Background: Hyperinflation is a recognized adverse prognostic factor in COPD. As the sniff inspiratory nasal pressure (SnIP) principally reflects the severity of hyperinflation in COPD, we hypothesized that it might also be a predictor of mortality. We therefore compared the SnIP to the inspiratory capacity-to-total lung capacity (IC/TLC) ratio as predictors of mortality in advanced COPD.
Methods: A retrospective mortality analysis of 110 patients with COPD (mean FEV(1) 1.01litres, 37% predicted; 66% male) was performed. All patients had SnIP and lung volume measurements performed. The power of each test to predict mortality was determined, and predicted survival curves were created for both the SnIP and IC/TLC ratio.
Results: 37 patients (34%) died during the study period (29 male, 8 female). Mortality rates were analysed with a Chi(2) test; there was a significant trend towards male death (mortality rate male vs. female; 39.7% vs. 21.6% respectively; chi(2)p=0.058, Chi 3.6). ROC curves demonstrated that both SnIP and IC/TLC ratio are predictors of mortality, but analysis by Cox proportional hazards suggested the SnIP has a stronger predictive power (SnIP vs. IC/TLC ratio; p=0.017 vs 0.525; HR 0.97 vs 0.99 respectively), and analysis of the area under ROC curves (AUC) suggest that SnIP is a better discriminator than IC/TLC ratio (AUC SnIP vs IC/TLC; 0.679 vs 0.618).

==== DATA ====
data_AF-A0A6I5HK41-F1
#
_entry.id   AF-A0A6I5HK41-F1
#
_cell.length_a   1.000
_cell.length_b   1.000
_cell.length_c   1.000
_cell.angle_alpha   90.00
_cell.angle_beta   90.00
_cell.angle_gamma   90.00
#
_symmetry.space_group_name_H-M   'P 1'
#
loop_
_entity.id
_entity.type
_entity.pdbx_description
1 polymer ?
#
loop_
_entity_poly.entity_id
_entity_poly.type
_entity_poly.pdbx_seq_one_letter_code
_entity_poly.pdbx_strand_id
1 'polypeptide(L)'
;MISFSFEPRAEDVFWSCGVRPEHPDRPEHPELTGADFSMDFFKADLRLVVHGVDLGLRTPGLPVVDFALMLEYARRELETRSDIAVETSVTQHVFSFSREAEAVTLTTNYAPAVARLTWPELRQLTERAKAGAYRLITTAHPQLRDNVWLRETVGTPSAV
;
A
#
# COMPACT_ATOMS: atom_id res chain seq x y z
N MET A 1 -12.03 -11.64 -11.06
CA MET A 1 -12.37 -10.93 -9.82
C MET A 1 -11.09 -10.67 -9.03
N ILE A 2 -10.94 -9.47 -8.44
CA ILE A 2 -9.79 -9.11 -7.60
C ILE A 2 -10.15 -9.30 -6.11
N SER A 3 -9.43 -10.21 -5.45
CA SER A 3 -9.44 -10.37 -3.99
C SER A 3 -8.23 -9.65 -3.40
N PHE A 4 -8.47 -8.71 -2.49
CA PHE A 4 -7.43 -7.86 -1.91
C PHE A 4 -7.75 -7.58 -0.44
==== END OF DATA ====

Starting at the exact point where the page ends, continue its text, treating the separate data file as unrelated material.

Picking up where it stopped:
Conclusions: The SnIP conveys at least as much predictive power for mortality in COPD as hyperinflation determined by IC/TLC ratio. This test is cheaper, quicker and easier than measuring lung volumes by plethysmography.